Minister Pisanu, the ERRC requests that a general investigation into the allegations of harassment and abuse by law enforcement officers be opened immediately and that any and all officers found responsible for such harassment and violations of human rights be brought swiftly to justice. We also request that a general order condemning such behaviour, and outlining proper procedures and potential punishments in such cases be issued to all law enforcement agencies in Italy. We kindly request to be informed of any and all actions undertaken by your office on this matter and to receive a copy of the general order issued to Italian law enforcement officials. We would welcome the opportunity to discuss this issue further with you.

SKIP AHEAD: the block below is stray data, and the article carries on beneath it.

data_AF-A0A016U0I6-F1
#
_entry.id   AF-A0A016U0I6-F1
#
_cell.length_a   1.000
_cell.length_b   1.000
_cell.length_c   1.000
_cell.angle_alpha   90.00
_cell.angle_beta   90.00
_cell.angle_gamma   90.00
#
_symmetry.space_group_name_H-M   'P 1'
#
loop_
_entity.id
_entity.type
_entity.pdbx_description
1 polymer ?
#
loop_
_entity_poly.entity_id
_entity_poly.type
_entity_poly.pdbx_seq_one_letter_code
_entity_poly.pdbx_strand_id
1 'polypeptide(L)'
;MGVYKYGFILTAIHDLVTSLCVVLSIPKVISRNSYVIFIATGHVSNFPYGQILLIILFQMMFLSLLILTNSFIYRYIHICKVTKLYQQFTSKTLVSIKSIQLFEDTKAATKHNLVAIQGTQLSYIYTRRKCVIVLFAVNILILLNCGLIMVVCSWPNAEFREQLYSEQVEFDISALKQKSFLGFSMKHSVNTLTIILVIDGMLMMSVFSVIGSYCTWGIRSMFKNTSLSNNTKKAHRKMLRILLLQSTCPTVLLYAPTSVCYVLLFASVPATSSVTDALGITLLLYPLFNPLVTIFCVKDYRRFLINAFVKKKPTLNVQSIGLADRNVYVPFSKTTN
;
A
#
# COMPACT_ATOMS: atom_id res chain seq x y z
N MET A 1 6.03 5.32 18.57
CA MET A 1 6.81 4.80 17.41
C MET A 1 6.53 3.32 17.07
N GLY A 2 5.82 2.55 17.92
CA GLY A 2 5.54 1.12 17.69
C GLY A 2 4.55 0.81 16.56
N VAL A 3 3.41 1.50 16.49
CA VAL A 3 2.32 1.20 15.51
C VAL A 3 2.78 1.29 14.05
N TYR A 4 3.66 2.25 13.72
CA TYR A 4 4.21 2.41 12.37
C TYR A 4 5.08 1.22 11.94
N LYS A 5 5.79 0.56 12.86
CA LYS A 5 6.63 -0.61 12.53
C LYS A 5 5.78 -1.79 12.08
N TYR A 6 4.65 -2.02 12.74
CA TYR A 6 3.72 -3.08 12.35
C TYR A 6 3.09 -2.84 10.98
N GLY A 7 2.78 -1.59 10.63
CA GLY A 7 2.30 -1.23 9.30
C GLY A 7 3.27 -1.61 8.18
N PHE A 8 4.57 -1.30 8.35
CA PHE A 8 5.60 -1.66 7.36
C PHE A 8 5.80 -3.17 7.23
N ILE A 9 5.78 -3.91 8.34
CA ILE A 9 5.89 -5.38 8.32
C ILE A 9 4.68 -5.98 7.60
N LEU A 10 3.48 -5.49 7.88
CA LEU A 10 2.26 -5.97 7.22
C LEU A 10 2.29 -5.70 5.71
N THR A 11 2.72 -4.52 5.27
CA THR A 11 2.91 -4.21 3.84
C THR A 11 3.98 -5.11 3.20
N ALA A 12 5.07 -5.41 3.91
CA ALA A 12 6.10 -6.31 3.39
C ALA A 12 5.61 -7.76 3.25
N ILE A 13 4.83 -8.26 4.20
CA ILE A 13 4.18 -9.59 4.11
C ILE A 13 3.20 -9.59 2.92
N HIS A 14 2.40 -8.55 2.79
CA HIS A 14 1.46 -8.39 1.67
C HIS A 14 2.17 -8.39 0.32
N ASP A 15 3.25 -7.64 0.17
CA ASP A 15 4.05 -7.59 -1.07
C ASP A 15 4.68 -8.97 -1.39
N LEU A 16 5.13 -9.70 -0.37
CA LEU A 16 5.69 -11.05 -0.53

Persons wishing to express similar concerns are urges to contact:
Mr Giuseppe Pisanu, Minister of Interior
Ministry of Interior
via Agostino Depretis
00184 Rome, Italy
Fax: + 39-06-47-41717